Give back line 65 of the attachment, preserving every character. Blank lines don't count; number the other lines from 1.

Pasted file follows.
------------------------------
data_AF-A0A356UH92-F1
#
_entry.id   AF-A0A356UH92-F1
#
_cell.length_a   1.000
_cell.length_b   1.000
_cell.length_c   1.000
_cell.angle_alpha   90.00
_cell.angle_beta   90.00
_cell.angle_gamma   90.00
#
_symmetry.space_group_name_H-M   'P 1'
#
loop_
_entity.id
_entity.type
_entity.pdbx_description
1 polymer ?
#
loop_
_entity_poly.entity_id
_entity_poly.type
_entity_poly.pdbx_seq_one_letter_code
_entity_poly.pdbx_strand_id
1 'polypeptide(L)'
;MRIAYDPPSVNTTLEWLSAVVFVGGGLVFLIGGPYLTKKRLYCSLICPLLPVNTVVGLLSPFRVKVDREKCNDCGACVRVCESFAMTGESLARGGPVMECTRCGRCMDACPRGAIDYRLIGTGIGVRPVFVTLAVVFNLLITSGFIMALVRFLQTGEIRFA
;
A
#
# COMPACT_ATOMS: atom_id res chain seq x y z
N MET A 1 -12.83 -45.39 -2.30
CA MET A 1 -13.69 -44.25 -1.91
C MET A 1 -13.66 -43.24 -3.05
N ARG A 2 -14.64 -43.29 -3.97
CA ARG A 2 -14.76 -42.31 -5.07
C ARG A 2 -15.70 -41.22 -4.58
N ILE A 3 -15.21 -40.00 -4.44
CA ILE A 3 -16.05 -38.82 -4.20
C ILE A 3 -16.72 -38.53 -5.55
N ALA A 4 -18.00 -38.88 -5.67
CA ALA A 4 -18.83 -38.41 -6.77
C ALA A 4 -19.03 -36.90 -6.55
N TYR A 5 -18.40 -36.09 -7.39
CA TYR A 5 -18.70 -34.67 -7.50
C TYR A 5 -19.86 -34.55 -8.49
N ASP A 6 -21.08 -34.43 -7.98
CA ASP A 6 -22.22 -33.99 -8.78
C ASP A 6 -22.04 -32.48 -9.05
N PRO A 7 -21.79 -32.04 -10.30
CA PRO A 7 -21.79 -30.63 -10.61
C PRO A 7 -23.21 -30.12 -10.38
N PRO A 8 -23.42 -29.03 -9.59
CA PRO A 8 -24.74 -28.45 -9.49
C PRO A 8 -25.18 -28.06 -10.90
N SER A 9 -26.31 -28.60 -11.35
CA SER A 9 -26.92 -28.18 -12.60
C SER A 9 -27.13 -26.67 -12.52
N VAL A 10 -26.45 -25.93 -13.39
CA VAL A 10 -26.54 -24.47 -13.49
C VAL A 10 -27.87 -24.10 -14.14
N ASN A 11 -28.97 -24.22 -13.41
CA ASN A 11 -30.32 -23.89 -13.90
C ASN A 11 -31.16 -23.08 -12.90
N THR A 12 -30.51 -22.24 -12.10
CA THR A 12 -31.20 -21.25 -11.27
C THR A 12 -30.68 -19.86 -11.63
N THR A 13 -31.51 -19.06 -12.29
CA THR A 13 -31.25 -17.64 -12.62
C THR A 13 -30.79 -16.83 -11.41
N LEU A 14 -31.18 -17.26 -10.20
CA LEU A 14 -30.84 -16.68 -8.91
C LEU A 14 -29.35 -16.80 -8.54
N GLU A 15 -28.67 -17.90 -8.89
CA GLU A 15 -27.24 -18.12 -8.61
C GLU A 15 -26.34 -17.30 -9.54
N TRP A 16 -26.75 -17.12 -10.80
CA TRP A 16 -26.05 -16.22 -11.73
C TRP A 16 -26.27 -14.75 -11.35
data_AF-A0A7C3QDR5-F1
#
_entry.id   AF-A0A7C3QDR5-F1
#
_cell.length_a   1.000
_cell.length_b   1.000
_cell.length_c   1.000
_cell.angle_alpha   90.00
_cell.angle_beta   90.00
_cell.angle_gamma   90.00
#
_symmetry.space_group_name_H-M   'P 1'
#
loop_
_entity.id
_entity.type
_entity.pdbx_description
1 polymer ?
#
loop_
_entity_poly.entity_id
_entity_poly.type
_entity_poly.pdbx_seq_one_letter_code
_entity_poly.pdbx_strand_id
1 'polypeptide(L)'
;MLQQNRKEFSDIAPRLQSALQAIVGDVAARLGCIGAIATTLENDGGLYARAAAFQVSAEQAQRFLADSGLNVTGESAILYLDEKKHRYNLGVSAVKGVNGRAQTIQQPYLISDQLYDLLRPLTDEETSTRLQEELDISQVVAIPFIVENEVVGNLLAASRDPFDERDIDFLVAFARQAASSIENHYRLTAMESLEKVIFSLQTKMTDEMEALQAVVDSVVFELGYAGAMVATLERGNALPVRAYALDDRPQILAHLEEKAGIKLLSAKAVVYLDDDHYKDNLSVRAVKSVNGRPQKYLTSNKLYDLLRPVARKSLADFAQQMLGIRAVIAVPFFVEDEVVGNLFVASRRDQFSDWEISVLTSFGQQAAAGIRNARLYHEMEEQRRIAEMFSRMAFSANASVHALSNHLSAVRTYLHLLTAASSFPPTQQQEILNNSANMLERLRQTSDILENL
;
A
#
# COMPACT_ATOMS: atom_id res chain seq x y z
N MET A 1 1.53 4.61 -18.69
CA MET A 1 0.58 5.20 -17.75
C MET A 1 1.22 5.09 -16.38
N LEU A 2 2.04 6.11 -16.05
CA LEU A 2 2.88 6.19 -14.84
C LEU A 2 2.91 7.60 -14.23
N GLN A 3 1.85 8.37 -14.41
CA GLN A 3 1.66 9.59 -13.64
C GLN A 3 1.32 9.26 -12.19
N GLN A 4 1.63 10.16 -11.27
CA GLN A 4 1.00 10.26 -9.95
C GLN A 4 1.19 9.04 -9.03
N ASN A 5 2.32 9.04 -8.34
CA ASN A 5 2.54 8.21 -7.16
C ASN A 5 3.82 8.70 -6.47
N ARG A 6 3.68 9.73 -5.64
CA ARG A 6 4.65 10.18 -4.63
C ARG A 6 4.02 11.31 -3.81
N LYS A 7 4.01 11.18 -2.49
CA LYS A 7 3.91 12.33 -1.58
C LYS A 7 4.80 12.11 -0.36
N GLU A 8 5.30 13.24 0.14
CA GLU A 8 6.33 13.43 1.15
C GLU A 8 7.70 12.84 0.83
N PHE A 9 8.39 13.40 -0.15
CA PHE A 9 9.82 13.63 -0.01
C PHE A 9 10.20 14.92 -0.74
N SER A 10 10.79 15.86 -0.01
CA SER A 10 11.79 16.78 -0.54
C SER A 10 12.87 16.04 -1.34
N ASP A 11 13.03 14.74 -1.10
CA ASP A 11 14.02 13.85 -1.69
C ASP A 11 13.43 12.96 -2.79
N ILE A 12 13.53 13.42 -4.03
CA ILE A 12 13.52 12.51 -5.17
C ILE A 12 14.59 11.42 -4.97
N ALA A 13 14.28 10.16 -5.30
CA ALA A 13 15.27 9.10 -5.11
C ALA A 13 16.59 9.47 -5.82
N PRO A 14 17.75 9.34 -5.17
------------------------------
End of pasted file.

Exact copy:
CA THR A 12 -31.20 -21.25 -11.27